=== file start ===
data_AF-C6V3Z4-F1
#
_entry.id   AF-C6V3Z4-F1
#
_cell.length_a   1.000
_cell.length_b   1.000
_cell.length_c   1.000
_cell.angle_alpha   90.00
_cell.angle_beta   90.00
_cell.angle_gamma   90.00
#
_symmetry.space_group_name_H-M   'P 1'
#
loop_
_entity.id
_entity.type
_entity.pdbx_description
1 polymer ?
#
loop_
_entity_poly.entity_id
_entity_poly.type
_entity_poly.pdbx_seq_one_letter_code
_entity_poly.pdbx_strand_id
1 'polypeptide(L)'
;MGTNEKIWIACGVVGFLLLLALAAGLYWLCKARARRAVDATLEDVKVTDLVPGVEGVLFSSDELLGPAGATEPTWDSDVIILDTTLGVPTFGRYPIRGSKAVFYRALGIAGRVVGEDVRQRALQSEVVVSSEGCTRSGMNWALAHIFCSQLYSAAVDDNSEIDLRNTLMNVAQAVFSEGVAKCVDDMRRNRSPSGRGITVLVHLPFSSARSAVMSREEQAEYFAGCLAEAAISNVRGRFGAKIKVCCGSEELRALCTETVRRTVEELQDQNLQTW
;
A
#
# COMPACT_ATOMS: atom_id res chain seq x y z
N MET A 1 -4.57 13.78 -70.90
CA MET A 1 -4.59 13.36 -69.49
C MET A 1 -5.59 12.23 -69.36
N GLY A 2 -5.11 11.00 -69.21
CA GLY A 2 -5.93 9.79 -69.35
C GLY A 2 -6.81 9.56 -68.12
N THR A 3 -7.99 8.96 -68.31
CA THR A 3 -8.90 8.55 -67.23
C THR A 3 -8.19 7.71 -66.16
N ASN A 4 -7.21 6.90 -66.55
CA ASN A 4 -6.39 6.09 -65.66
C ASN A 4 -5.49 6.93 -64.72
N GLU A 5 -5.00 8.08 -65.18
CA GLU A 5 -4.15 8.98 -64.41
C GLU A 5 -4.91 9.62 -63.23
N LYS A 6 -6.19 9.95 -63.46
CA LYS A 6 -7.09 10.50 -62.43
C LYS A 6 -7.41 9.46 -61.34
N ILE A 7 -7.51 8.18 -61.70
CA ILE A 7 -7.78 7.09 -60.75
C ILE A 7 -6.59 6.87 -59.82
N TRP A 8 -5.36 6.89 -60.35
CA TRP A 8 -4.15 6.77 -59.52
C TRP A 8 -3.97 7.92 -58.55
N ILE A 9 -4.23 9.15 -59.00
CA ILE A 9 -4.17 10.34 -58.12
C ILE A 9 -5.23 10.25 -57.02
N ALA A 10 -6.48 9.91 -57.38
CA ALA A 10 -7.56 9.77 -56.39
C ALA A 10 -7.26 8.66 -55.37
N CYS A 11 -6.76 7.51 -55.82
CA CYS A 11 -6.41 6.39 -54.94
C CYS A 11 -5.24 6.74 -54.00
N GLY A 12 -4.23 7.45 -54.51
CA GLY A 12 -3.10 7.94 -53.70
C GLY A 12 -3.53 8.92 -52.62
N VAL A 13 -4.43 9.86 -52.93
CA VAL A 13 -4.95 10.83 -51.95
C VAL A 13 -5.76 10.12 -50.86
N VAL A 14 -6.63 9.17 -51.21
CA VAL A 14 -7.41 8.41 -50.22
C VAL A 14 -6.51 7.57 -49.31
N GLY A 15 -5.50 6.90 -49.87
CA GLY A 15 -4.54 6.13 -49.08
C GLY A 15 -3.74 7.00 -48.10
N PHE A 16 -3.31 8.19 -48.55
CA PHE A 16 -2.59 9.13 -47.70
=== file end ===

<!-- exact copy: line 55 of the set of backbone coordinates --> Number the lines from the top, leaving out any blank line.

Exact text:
N ILE A 9 -4.23 9.15 -59.00